Sister Care Shared Globally

The article first appeared from Mennonite World Conference October 2013.

Manjula Raul (left) with Carolyn Heggen at the All India Mennonite Women conference in Orissa, India. Photo by Rhoda Keener

 

United States – What began as a seminar for women in the United States has now been shared in Asia and Latin America with additional invitations received from Kenya and Trinidad.

Sister Care is a Mennonite Women USA (MW USA) sponsored program that equips women to continue their own healing journey, to identify God’s grace in their lives, and to walk with others in compassionate ways that help transform loss and grief.

The Sister Care manual was developed by Carolyn Heggen, psychotherapist and teacher, and Rhoda Keener and Ruth Lapp Guengerich, Mennonite Women USA co-directors. The manual is available in English and Spanish. About 2,500 women have attended the workshops; 500 from outside the USA.

Heggen says: “It is in great humility that we offer to share Sister Care with our international sisters. They have taught us so much about courage and perseverance, about living life with hope and dignity in the face of challenges many of us can only imagine. But we do have resources of education, of free time to create and write, of technology that many women don’t have.”

Keener adds: “MW USA has been deeply touched by the requests of our global sisters for the Sister Care leadership training resource. We invite women to take what is useful and further contextualize and reproduce it for their churches and communities.”

In the past year the Sister Care seminar has been shared in the following places: the All India Mennonite Women conference in Orissa, India; Tansen and Kathmandu, Nepal; Guatemala City; Chihuahua, Mexico; and Bogota, Colombia. A workshop is scheduled for Santa Cruz, Bolivia in November.

According to Cynthia Peacock of India, “The impact of the Sister Care workshop conducted by Rhoda and Carolyn has been tremendous. I see changes in thought, attitude and courageous steps by women to be seen as valuable creations of God, to be respected, to use their gifts, and to be treated with dignity at home and in the workplace. One example is that women are carefully, but intentionally, finding ways to share their stories of pain and hurt, wanting the church to become aware and do something. More women are looking at themselves in a new way and understand that God loves them as much as the men and wants for all a life of fulfilment and joy.”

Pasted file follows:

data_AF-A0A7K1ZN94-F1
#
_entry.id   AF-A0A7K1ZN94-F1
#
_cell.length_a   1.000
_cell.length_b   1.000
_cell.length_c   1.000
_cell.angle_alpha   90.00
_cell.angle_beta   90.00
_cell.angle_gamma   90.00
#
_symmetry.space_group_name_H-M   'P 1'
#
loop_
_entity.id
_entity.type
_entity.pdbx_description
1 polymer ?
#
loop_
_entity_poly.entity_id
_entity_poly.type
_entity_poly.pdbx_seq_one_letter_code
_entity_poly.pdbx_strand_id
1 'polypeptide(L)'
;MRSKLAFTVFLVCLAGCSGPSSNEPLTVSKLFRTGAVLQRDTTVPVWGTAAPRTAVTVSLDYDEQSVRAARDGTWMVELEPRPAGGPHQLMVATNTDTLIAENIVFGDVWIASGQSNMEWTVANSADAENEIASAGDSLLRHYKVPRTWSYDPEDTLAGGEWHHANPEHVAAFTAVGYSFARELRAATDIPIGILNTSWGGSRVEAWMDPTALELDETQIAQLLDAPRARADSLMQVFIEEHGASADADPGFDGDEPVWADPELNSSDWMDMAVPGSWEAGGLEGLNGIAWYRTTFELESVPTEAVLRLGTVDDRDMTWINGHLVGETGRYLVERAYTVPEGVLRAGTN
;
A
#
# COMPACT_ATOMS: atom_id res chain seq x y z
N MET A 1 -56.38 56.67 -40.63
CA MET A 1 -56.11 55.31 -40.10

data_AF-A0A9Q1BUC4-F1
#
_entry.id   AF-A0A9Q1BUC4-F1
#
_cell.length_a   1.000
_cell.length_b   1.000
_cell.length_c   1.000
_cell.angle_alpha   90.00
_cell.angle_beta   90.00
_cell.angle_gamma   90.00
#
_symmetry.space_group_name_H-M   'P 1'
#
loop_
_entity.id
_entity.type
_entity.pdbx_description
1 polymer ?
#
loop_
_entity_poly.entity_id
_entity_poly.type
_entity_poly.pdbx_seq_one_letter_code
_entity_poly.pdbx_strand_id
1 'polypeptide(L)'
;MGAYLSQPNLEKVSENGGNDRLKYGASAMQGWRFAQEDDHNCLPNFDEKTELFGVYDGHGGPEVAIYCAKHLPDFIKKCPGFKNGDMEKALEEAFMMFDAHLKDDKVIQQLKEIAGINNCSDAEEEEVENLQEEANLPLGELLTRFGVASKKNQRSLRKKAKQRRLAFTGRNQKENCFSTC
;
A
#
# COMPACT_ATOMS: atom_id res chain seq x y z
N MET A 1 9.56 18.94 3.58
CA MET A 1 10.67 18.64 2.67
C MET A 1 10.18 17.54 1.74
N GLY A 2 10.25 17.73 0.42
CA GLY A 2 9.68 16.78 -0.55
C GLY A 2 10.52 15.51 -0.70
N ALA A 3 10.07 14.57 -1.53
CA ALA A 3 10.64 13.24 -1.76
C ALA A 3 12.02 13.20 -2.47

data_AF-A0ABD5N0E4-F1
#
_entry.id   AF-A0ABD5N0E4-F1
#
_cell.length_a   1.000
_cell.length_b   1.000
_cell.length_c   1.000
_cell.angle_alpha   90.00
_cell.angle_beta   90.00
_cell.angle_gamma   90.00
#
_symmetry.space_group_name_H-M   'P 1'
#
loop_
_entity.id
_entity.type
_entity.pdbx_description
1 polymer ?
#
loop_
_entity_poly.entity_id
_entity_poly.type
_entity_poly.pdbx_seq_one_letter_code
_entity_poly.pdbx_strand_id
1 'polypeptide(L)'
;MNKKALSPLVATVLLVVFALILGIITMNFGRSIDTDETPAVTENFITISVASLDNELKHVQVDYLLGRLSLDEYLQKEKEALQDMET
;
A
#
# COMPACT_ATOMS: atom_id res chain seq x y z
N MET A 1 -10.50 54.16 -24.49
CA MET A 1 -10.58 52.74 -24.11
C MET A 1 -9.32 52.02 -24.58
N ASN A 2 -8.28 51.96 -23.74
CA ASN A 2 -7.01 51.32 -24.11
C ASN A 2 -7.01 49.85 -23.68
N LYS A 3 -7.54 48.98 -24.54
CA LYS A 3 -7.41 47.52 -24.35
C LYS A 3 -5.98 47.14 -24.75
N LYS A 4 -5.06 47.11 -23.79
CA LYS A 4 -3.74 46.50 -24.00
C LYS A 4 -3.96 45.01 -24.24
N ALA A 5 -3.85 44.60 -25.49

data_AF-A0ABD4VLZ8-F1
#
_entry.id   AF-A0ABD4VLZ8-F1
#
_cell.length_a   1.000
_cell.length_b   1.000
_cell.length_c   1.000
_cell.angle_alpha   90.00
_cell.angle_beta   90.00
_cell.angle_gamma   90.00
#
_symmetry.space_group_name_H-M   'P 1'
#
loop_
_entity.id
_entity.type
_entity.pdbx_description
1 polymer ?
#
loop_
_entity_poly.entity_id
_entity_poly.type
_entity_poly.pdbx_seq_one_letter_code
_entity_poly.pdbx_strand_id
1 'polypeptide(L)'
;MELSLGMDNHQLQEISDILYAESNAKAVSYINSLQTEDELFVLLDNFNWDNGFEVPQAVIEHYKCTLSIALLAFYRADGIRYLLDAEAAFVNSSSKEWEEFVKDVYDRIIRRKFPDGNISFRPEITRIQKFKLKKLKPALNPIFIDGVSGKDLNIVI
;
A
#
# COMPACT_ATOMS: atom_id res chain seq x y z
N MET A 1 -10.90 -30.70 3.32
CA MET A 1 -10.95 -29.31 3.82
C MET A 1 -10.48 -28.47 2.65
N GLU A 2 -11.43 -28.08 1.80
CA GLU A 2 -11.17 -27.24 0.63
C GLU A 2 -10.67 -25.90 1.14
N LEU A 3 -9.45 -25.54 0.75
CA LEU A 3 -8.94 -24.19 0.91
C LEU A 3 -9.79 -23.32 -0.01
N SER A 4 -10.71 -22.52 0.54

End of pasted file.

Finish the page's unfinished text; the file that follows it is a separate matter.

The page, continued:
Olga Piedrasanta of Guatemala reflected, “One of the major problems for women in the churches is their life context which includes domestic violence, poverty, and urban violence – which affects family, church, and jobs. Women need to help one another become stronger rather than to be mired in these difficulties. The Sister Care training includes skills to address how to help one another constructively as Christian sisters.”

Ofelia Garcia of Mexico and Piedrasanta received training in Guatemala to lead the workshop in Chihuahua, with women from various conferences and cultures, including Hispanic, Germanic and Tarahumara indigenous.

This workshop in Chihuahua took place five months after the assassination of pastor Josefina (Chepina) Rempening Diaz in Cuauhtémoc, Mexico, and helped to heal the pain. The sessions about loss touched the women deeply. They felt both the loss of a pastor, and the loss of their sense of security. “Since Chepina’s death I had not cried and talked like today. Thank you. It is very healing,” commented one participant.

Leaders of the Chihuahua workshop initiated a new exercise emphasizing how Jesus helped the Samaritan woman remove her mask. In groups, women responded to the questions, what is the mask I wear and what do I hide behind it? Then, one by one, each woman removed her mask and was affirmed by the other women.

This exercise was repeated in Colombia with Heggen and Elizabeth Soto Albrecht of USA facilitating. Martha Lucía Gómez and Olga Beatriz Londoño of Colombia reflected: “The dynamics of the masks helped us encounter our interior and face the reality that we often want to deny. We were challenged to heal, not camouflage pain, and to live with transparency in our lives and relationships.”

Following the workshops in Guatemala and Colombia, participants from 12 countries took 1,500 manuals home to their congregations and communities and are leading workshops. Phyllis Groff, Eastern Mennonite Missions worker in Guatemala, is translating the manual into Kekchi.

Linda Shelly, Mennonite Mission Network, assisted MW USA in collaborating with the Movement of Latin American Anabaptist Women Theologians, the hosting group for each of the Central and South American workshops. Olga Piedrasanta coordinated hosting in Guatemala, Ofelia Garcia in Mexico, Alix Lozano in Colombia, and Lizette Miranda is planning for Bolivia. Manjula Raul chaired the hosting committee in India; in Nepal the seminars were coordinated by Tansen Mission Hospital and United Mission to Nepal. MW USA’s expenses were funded by designated gifts and grants.

Ideas, energy, and love have flowed from country to country. Heggen says: “As we share and learn together we know it strengthens us all.”

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